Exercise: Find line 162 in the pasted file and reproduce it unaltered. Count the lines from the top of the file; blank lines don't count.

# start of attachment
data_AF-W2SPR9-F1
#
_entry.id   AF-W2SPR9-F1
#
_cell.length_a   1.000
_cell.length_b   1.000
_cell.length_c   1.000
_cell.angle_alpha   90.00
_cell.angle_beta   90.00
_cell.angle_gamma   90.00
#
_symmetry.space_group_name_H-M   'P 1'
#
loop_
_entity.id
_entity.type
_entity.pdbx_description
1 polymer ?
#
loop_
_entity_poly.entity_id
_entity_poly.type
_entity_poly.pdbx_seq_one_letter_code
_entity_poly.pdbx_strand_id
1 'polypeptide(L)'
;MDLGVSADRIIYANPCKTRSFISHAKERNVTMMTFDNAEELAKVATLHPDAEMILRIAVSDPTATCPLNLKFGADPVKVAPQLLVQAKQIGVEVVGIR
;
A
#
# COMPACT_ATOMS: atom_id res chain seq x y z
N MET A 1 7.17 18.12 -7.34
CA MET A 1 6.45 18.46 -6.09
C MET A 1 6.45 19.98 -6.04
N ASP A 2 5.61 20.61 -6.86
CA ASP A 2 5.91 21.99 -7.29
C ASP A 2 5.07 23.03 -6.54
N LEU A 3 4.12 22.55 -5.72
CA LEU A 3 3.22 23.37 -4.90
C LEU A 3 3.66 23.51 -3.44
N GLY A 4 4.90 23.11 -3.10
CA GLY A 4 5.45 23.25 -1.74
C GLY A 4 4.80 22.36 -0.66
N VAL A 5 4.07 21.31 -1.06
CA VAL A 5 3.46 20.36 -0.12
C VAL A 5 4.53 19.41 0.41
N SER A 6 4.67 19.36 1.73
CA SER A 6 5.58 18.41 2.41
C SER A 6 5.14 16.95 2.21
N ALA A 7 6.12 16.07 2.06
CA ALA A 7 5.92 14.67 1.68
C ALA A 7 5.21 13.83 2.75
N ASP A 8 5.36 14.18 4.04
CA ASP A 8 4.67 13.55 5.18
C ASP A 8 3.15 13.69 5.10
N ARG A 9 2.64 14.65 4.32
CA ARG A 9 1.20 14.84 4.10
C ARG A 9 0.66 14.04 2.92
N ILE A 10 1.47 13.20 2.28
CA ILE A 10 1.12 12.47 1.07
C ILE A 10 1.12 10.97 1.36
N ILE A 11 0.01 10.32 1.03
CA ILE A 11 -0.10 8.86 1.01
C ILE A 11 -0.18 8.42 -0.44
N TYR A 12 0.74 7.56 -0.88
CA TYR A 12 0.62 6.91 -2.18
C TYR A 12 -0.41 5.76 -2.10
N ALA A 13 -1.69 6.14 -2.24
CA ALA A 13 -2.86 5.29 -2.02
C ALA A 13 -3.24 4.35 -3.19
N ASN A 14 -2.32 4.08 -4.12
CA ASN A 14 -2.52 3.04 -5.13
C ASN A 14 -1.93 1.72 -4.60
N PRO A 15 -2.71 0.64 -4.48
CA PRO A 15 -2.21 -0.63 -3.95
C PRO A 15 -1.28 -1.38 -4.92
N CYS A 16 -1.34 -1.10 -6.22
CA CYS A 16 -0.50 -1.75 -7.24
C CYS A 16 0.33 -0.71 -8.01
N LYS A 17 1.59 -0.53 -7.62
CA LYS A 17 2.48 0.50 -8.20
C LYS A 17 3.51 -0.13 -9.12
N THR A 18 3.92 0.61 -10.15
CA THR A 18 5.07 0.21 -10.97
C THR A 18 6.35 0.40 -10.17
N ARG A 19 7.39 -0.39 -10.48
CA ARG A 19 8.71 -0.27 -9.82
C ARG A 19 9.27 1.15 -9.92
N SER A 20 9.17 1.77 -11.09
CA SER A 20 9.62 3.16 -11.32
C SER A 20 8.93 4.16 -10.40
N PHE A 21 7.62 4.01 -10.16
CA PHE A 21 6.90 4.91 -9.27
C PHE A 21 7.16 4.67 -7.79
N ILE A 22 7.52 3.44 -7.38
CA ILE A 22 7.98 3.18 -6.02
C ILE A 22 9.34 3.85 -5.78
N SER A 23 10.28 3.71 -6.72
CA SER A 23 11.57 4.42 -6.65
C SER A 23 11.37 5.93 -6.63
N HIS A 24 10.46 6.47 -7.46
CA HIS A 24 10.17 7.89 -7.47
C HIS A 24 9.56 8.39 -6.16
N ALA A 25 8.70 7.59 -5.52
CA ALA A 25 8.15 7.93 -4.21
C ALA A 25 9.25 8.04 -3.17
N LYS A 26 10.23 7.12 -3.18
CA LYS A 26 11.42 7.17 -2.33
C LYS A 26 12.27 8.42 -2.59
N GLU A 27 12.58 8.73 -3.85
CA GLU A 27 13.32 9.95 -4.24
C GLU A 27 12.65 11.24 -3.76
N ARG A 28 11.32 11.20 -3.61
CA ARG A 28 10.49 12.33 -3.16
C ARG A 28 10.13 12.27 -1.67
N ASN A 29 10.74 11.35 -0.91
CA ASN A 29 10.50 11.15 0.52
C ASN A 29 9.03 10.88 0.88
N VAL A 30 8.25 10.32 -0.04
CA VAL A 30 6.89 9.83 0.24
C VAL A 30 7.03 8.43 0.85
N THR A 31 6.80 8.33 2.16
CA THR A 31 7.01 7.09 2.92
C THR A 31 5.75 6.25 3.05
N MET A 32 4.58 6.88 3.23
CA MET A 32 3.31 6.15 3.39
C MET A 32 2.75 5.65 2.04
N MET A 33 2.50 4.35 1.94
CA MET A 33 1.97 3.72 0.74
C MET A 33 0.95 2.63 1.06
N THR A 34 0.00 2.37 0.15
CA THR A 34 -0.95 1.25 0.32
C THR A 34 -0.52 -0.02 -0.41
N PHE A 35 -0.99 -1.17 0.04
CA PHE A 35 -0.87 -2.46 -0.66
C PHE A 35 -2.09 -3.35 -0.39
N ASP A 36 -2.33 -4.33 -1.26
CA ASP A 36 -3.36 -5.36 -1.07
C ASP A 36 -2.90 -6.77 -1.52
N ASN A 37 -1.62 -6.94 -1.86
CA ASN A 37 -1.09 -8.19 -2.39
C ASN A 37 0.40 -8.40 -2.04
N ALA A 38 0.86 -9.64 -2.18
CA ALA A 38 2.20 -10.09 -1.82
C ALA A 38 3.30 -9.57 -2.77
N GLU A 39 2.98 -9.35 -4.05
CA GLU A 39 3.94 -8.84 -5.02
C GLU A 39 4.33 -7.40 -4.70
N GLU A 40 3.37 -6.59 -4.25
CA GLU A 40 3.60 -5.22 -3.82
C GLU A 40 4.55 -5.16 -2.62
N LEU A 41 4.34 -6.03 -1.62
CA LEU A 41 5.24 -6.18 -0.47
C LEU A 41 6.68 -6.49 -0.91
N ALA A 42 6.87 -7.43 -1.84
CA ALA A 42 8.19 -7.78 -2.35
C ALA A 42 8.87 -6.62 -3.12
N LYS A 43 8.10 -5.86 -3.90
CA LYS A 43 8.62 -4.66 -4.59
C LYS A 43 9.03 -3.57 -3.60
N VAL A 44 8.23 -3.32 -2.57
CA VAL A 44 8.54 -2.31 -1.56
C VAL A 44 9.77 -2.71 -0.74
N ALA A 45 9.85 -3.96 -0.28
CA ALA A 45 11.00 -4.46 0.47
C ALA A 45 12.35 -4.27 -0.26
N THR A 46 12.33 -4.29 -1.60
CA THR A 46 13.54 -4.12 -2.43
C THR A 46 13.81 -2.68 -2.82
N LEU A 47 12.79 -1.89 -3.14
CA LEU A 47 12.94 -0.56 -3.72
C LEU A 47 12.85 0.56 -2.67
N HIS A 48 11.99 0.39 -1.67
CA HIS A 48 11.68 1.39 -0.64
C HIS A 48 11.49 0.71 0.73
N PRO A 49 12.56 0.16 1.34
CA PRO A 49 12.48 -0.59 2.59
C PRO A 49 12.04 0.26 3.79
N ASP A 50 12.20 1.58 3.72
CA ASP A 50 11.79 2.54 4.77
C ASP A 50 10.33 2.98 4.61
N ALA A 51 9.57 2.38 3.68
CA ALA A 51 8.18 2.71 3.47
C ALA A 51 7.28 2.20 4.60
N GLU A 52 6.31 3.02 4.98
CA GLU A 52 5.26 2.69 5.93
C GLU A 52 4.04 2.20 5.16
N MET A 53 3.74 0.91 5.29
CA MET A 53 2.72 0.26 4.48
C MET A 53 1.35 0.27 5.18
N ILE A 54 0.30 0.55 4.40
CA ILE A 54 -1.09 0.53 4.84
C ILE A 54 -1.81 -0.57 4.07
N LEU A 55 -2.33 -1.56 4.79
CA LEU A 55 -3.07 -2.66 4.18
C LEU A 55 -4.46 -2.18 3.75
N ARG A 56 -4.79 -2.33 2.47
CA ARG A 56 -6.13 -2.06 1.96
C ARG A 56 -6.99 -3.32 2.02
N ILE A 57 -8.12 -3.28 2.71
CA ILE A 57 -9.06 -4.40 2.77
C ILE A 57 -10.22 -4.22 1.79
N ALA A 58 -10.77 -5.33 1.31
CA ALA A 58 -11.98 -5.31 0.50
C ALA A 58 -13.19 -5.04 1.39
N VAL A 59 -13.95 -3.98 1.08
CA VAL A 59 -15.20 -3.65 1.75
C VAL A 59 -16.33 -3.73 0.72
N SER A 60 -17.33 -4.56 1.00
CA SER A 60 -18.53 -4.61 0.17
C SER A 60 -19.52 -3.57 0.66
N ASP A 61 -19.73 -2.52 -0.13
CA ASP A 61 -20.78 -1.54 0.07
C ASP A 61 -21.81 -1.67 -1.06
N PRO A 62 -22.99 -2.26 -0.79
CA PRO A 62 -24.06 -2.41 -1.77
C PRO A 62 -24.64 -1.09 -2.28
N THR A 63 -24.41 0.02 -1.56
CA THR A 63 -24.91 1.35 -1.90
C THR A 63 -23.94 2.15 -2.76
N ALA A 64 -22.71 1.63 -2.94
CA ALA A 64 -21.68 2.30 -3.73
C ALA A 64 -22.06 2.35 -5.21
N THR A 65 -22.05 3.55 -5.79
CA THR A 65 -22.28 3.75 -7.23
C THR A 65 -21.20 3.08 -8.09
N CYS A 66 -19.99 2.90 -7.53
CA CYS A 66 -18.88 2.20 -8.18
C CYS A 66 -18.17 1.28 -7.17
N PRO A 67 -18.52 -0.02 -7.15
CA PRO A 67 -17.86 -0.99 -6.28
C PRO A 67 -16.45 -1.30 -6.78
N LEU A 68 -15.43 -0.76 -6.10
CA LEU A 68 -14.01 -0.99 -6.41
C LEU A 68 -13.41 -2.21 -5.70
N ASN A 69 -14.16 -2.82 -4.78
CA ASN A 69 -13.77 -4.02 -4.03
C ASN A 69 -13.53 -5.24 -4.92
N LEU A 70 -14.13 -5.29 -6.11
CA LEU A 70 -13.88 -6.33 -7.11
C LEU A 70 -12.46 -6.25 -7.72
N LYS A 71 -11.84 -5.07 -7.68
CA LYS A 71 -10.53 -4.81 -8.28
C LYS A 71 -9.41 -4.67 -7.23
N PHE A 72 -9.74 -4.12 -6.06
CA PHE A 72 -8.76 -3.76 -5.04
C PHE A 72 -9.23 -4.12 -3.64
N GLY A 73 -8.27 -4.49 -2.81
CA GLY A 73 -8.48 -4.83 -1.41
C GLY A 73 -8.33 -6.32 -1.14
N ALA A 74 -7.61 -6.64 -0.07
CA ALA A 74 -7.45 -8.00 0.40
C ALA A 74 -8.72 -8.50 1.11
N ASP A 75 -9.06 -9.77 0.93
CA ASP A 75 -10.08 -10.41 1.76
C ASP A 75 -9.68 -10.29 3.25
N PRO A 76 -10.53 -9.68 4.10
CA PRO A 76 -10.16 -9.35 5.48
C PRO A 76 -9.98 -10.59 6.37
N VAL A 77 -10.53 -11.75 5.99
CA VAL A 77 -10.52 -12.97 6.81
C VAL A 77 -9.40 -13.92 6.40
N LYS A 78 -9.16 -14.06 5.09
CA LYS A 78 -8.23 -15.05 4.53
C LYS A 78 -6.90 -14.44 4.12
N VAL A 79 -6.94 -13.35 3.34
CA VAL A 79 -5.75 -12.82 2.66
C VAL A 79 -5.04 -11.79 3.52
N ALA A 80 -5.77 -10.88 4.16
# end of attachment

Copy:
C VAL A 44 9.77 -2.71 -0.74